The Sentimental Skew Strategy is my test bench for the Backtesting IDE.

I have documented the building of the strategy (while building the IDE).

The strategy uses the CBOE implied skew index as an indicator to long or short the S&P 500.

It was also instructive to understand the temptations strategy builders often succumb to.

A subtle tweak here and there can make all the difference.

While I was building and testing the IDE I noticed outsized returns if I used a horizon (or holding period) of 20 rather than 21 business days.

Over 25 years the Sharpe becomes 0.65.

The Skew Strategy is moving far beyond the benchmark of the S&P with a Sharpe of 0.5.

Now there is about a 1 in 600 chance of trading noise versus a 1 in 100 chance with the previous strategy.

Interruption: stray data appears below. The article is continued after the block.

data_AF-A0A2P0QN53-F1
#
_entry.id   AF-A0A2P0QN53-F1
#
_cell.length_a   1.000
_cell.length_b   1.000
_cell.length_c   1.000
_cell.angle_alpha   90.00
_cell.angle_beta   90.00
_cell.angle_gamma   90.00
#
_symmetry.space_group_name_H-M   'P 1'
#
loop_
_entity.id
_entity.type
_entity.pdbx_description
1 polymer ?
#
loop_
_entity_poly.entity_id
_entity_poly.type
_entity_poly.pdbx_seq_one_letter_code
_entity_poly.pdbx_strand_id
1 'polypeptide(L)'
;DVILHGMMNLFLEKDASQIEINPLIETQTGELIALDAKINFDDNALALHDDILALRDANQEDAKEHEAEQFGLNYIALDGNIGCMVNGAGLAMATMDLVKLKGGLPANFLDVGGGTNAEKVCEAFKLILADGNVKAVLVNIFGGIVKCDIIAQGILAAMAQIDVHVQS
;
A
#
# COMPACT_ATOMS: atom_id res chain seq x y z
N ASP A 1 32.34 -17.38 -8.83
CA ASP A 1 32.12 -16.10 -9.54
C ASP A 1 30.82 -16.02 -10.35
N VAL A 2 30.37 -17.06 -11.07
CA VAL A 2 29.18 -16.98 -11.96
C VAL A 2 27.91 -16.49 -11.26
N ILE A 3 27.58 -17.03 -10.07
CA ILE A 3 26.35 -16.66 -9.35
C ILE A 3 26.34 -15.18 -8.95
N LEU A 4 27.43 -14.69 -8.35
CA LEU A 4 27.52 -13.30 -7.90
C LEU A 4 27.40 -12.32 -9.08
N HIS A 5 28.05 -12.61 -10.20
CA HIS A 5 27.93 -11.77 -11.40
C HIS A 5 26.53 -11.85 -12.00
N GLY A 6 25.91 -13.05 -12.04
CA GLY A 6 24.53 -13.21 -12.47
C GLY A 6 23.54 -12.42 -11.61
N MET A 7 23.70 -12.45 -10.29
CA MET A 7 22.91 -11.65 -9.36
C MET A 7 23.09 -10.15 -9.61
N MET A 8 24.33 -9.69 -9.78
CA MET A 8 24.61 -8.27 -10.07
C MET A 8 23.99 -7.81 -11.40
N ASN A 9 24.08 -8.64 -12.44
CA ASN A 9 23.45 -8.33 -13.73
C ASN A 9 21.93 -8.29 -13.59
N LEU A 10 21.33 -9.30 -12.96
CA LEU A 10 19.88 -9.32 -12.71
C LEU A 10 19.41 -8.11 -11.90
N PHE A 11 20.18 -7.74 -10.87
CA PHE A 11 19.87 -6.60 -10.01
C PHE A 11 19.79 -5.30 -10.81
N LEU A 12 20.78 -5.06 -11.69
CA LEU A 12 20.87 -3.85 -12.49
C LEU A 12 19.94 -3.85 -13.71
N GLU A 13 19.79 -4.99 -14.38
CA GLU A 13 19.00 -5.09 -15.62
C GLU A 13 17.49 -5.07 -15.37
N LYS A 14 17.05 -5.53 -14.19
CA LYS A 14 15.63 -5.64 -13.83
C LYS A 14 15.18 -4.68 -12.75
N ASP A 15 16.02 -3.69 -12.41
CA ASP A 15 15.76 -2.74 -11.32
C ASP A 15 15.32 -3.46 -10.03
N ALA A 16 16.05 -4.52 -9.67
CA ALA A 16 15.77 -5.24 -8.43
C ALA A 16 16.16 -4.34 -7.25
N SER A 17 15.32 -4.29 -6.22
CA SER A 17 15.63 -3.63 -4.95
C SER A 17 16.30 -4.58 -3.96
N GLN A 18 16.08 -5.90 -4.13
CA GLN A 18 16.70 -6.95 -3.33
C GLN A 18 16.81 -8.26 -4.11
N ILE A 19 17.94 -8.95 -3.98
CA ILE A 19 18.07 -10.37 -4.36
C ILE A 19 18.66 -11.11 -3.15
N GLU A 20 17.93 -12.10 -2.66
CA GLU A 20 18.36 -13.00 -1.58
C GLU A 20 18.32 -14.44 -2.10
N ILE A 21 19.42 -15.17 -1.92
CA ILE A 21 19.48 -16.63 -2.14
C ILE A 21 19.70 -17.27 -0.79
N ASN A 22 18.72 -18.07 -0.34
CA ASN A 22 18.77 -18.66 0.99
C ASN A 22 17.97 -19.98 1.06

We rarely invest in anything for 25 years however, better to generate future parallel universes and understand shorter to medium time frames.

The 20 day horizon beats the 21 day original strategy in over two thirds of each of the last 25 years.

Not a once off windfall.

Small tweaks causing large changes in performance make me wary. More investigation is needed.

One thing to take note of, the Skew index interpolates the 30 calendar day point on the 'implied skew curve'.

Does a 20 day horizon make a better match to those 30 days?

Or maybe a slightly more responsive holding period makes all the difference?

Perhaps a bit of both.

Or perhaps I have subliminally tried enough strategy combinations to randomly hit upon fool's gold!

More next time.